In 1981 I was working in the newly formed Office Systems team in the UK National Computing Centre, and I was interested in how the new technology could support the management of an individual’s office documents. So, a colleague and I decided to experiment with our own documents. This was the start of a still-running practical exploration of how to manage personal documents using digital technology.
It was my practice to highlight key text with a side line as I read documents, and, as my document collection grew, I began to wonder how I could make explicit use of this very specific information. No doubt the act of highlighting was in itself helping me to assimilate documents; but I wasn’t sure if all the highlighted facts were being retained in my brain and being used to develop new concepts.
During the 1990s, the trendy new topic of Knowledge Management emerged which provided a recognised arena in which I was able to explore these ideas. Sometime during this period, I latched onto the term ‘nugget of information’ (the first published mention of this in my filing index is in an article by one Ted Howard-Jones in the March 1998 issue of the Groupware and Communications Newsletter). My attempts to relate lowly personal filing to the Knowledge Management field eventually fizzled out in the face of much sexier concepts such as an organisation’s ‘intellectual capital’. However, in the early 2000s, I did make a specific attempt to see if I could use Concept Mapping software to capture nuggets, by applying it to 19 new age books on the pyramids and the like; but that is where my knowledge nugget endeavours ended.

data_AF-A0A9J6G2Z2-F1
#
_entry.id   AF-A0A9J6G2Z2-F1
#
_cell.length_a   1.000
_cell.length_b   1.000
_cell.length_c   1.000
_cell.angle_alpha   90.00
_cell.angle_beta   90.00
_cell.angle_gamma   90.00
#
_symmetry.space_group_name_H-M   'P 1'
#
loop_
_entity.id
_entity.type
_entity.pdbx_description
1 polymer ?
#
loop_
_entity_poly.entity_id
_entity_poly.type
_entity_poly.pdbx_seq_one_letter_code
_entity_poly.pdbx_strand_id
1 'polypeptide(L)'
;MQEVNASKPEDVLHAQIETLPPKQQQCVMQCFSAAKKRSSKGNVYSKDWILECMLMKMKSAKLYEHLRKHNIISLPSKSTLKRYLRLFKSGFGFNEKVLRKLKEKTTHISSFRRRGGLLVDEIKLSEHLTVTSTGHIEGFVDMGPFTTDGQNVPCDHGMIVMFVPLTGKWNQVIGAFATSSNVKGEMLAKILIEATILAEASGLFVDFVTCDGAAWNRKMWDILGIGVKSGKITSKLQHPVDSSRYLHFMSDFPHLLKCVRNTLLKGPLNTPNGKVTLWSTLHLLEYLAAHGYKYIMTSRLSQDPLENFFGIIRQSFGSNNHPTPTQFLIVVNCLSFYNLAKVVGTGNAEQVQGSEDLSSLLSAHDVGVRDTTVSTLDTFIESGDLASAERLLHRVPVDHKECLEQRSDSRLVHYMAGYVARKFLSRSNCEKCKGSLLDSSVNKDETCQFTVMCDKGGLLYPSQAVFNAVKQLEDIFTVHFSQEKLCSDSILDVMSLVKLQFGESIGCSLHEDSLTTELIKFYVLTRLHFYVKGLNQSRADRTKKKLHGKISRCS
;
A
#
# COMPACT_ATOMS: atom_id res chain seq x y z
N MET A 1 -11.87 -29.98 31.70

Now that I’m trying to find a home for my document collection, and to identify the findings from its long term operation, it seems a timely moment to review this particular aspect, to do some practical work on the nuggets I’ve identified over the years, and to draw some conclusions on the topic.